So I want to talk a little about social anxiety, social introversion and the importance of those little acts of self-preservation.
For as long as I know I have had a certain battery life when it comes to being social. I can very easily stay at home, close my curtains and watch endless episodes of Netflix for my whole life but I recognise that it is not okay for me to do that. It damages my friendships and it damages my self-esteem and mood even more than making myself go out and be social and face the big social anxiety monster.
But, it exhausts me. The mental and emotional effort it takes for me to attend social events can sometimes knock me out for the following days.
Knowing and recognising this about myself has been a bit of a journey but, now that I do know, I have started to learn how to look after myself and monitor my social battery and the resulting anxiety that accompanies a large amount of socialising or the aftermath of a busy time.
Without a doubt we live in an anxious world. We are bombarded with countless disasters in the news, constant ads, crazy expectations – it comes as no surprise that worldwide diagnosis of anxiety is at an all-time high. As someone who has come through PTSD, social anxiety and the resultant depressive episodes are something I have learned strategies to deal with and strategies to cope with.
Feelings of fear have a purpose, they are designed to help us survive scary situations we might encounter. Historically, they made us quicker to respond to the threat of being eaten alive; forcing us to run, hide or for those who are a bit more courageous, throw a stone… the ‘fight-or-flight’ response which causes the heart to speed up, hyperventilation, and an increased blood flow to the muscles.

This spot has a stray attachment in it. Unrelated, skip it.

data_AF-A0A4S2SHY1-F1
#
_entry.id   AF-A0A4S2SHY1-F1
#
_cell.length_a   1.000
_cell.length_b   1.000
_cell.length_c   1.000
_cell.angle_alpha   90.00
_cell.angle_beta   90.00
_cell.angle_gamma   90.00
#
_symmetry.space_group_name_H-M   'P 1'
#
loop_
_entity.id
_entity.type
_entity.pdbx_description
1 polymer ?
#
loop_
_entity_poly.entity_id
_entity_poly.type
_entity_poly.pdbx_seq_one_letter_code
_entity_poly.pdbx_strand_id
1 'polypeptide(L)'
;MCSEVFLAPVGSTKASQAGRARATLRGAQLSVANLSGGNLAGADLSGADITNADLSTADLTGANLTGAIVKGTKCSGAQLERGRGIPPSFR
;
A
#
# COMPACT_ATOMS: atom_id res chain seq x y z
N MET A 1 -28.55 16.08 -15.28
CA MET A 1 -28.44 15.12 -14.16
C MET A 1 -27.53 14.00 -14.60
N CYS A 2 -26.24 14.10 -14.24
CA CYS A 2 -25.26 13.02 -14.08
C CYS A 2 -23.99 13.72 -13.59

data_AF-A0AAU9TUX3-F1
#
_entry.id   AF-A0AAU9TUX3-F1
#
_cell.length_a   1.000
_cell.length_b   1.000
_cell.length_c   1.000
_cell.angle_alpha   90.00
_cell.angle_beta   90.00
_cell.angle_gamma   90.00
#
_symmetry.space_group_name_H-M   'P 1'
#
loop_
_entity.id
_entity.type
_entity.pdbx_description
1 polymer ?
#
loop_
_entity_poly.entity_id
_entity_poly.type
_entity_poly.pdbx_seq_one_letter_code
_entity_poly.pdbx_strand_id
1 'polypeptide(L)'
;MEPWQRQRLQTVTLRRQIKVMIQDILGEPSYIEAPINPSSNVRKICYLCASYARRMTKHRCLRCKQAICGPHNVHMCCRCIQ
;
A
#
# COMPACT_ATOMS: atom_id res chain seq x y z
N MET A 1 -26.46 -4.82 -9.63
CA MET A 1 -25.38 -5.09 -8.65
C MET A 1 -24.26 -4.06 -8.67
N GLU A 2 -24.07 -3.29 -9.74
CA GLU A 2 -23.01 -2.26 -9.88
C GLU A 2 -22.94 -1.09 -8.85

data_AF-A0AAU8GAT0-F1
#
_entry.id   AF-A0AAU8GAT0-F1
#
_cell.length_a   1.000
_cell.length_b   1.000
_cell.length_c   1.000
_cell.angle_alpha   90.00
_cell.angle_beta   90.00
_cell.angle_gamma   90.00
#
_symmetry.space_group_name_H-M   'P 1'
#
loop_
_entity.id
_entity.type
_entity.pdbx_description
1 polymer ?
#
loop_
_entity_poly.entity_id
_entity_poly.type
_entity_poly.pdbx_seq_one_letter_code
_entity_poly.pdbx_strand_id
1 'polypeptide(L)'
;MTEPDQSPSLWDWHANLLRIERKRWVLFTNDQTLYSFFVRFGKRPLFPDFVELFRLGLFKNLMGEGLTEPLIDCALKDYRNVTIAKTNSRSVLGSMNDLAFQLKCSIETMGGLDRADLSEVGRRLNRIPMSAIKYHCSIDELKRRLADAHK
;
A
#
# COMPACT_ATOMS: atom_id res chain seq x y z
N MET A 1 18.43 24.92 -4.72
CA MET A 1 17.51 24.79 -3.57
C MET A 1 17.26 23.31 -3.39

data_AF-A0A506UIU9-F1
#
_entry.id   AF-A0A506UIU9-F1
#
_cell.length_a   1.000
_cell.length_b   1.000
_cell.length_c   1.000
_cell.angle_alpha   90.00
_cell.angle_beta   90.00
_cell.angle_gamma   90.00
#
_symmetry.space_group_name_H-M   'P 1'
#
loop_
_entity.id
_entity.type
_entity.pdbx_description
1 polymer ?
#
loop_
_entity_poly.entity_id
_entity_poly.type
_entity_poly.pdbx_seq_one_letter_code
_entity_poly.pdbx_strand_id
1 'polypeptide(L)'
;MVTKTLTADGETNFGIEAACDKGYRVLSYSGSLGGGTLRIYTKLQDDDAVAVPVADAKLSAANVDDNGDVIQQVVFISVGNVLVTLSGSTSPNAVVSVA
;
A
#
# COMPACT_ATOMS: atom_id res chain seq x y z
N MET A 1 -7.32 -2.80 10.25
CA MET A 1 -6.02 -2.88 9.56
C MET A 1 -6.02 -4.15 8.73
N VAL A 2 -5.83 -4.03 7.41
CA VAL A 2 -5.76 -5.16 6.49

Social anxiety takes that fear and attaches it to social situations. This often results in finding yourself worrying about other people’s reactions, extreme nervousness and anxiousness, insecurity when taking part in social situations, sometimes paranoia and avoiding social situations altogether.
Since recognising that what is going on with me is actually social anxiety, I have found ways of looking after myself. The first thing being – tell people about it! My friends are familiar with my ‘closed curtain days’. Hiding or suppressing anxiety actually produces more anxiety and I have found that telling people that I am struggling has often helped me to be able to process my feelings a lot more. The media often leads people to believe that mental illness is a weakness, which makes people less likely to admit to themselves and others what they are going through. We all have mental health and it is reported that up to 1 in 3 of us, will at some point experience a mental health issue. It’s okay and important to talk about it.
Self-care isn’t always about manicures, bubble baths and healthy food. Sometimes it is forcing yourself to get out of bed, take a shower and participate in life again. – Meredith Marple
As much as avoiding social situations will make me feel better for a moment – it’s only a short term solution. Sometimes facing my fear and forcing myself to participate again is part of the process. You see, anxiety has a way of grabbing your attention and turning it inward upon yourself, making you not only self-critical but forgetting that there is a whole world out there. It’s easy to forget that no one is perfect when we live in a world that aspires to achieve perfection. It’s also easy to forget that not everyone will like us nor does everyone need to. It’s also often forgotten that it’s okay to make mistakes as it makes us human.
Yes, my closed curtain days are important – it’s like resetting the battery. But being there with people and in the moment is so important too. Even with the mammoth effort it takes for me to do so.
So if I cancel plans, please do not take it to heart. There is always the possibility that I have used up my quota of social battery for this week and needed to recharge. Let me recharge, check in on me, and I’ll be back as soon as I can. I’m trying. I promise.